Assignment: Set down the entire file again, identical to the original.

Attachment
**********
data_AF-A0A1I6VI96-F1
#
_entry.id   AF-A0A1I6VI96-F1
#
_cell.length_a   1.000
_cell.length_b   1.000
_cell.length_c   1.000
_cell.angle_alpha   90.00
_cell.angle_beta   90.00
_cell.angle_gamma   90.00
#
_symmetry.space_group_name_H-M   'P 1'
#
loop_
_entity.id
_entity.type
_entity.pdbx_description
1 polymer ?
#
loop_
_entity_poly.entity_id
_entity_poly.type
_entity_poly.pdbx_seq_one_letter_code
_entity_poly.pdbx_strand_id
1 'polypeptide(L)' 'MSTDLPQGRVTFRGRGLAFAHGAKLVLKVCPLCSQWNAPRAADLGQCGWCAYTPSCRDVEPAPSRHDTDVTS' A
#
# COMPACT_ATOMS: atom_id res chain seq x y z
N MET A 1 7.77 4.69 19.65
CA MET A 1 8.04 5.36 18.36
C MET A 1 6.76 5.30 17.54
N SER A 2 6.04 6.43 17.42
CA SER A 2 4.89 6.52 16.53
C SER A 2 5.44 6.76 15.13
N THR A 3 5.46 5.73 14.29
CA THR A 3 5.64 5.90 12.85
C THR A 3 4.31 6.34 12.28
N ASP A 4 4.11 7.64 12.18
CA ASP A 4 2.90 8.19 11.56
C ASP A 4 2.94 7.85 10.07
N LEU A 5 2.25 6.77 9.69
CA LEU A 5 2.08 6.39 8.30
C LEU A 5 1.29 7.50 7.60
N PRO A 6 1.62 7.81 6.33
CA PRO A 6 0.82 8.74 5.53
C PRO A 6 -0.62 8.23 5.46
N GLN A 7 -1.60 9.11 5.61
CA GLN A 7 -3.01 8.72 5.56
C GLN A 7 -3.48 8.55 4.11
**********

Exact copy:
data_AF-A0A1I6VI96-F1
#
_entry.id   AF-A0A1I6VI96-F1
#
_cell.length_a   1.000
_cell.length_b   1.000
_cell.length_c   1.000
_cell.angle_alpha   90.00
_cell.angle_beta   90.00
_cell.angle_gamma   90.00
#
_symmetry.space_group_name_H-M   'P 1'
#
loop_
_entity.id
_entity.type
_entity.pdbx_description
1 polymer ?
#
loop_
_entity_poly.entity_id
_entity_poly.type
_entity_poly.pdbx_seq_one_letter_code
_entity_poly.pdbx_strand_id
1 'polypeptide(L)' 'MSTDLPQGRVTFRGRGLAFAHGAKLVLKVCPLCSQWNAPRAADLGQCGWCAYTPSCRDVEPAPSRHDTDVTS' A
#
# COMPACT_ATOMS: atom_id res chain seq x y z
N MET A 1 7.77 4.69 19.65
CA MET A 1 8.04 5.36 18.36
C MET A 1 6.76 5.30 17.54
N SER A 2 6.04 6.43 17.42
CA SER A 2 4.89 6.52 16.53
C SER A 2 5.44 6.76 15.13
N THR A 3 5.46 5.73 14.29
CA THR A 3 5.64 5.90 12.85
C THR A 3 4.31 6.34 12.28
N ASP A 4 4.11 7.64 12.18
CA ASP A 4 2.90 8.19 11.56
C ASP A 4 2.94 7.85 10.07
N LEU A 5 2.25 6.77 9.69
CA LEU A 5 2.08 6.39 8.30
C LEU A 5 1.29 7.50 7.60
N PRO A 6 1.62 7.81 6.33
CA PRO A 6 0.82 8.74 5.53
C PRO A 6 -0.62 8.23 5.46
N GLN A 7 -1.60 9.11 5.61
CA GLN A 7 -3.01 8.72 5.56
C GLN A 7 -3.48 8.55 4.11